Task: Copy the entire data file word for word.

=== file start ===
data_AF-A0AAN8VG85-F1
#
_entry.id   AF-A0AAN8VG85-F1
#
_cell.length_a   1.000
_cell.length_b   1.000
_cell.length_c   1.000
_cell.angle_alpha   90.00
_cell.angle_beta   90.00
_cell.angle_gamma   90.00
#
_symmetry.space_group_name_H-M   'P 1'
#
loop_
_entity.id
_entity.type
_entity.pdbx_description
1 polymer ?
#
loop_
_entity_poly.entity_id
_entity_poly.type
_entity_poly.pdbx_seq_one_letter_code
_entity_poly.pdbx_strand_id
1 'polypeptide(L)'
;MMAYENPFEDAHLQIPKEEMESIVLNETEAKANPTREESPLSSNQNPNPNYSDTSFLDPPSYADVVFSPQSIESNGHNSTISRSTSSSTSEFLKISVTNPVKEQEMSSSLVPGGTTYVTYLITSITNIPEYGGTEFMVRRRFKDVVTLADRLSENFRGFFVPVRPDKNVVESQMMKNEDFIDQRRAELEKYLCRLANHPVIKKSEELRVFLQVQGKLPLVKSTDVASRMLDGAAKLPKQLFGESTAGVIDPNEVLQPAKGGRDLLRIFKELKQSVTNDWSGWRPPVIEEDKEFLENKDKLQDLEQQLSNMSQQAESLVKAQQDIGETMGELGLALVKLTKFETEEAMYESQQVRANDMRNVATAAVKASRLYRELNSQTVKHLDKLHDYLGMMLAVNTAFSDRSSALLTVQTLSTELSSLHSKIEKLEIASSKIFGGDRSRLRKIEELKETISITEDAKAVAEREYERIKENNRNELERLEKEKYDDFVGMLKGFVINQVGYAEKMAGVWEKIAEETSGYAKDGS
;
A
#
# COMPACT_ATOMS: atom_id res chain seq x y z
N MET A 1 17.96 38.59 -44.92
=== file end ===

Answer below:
data_AF-A0AAN8VG85-F1
#
_entry.id   AF-A0AAN8VG85-F1
#
_cell.length_a   1.000
_cell.length_b   1.000
_cell.length_c   1.000
_cell.angle_alpha   90.00
_cell.angle_beta   90.00
_cell.angle_gamma   90.00
#
_symmetry.space_group_name_H-M   'P 1'
#
loop_
_entity.id
_entity.type
_entity.pdbx_description
1 polymer ?
#
loop_
_entity_poly.entity_id
_entity_poly.type
_entity_poly.pdbx_seq_one_letter_code
_entity_poly.pdbx_strand_id
1 'polypeptide(L)'
;MMAYENPFEDAHLQIPKEEMESIVLNETEAKANPTREESPLSSNQNPNPNYSDTSFLDPPSYADVVFSPQSIESNGHNSTISRSTSSSTSEFLKISVTNPVKEQEMSSSLVPGGTTYVTYLITSITNIPEYGGTEFMVRRRFKDVVTLADRLSENFRGFFVPVRPDKNVVESQMMKNEDFIDQRRAELEKYLCRLANHPVIKKSEELRVFLQVQGKLPLVKSTDVASRMLDGAAKLPKQLFGESTAGVIDPNEVLQPAKGGRDLLRIFKELKQSVTNDWSGWRPPVIEEDKEFLENKDKLQDLEQQLSNMSQQAESLVKAQQDIGETMGELGLALVKLTKFETEEAMYESQQVRANDMRNVATAAVKASRLYRELNSQTVKHLDKLHDYLGMMLAVNTAFSDRSSALLTVQTLSTELSSLHSKIEKLEIASSKIFGGDRSRLRKIEELKETISITEDAKAVAEREYERIKENNRNELERLEKEKYDDFVGMLKGFVINQVGYAEKMAGVWEKIAEETSGYAKDGS
;
A
#
# COMPACT_ATOMS: atom_id res chain seq x y z
N MET A 1 17.96 38.59 -44.92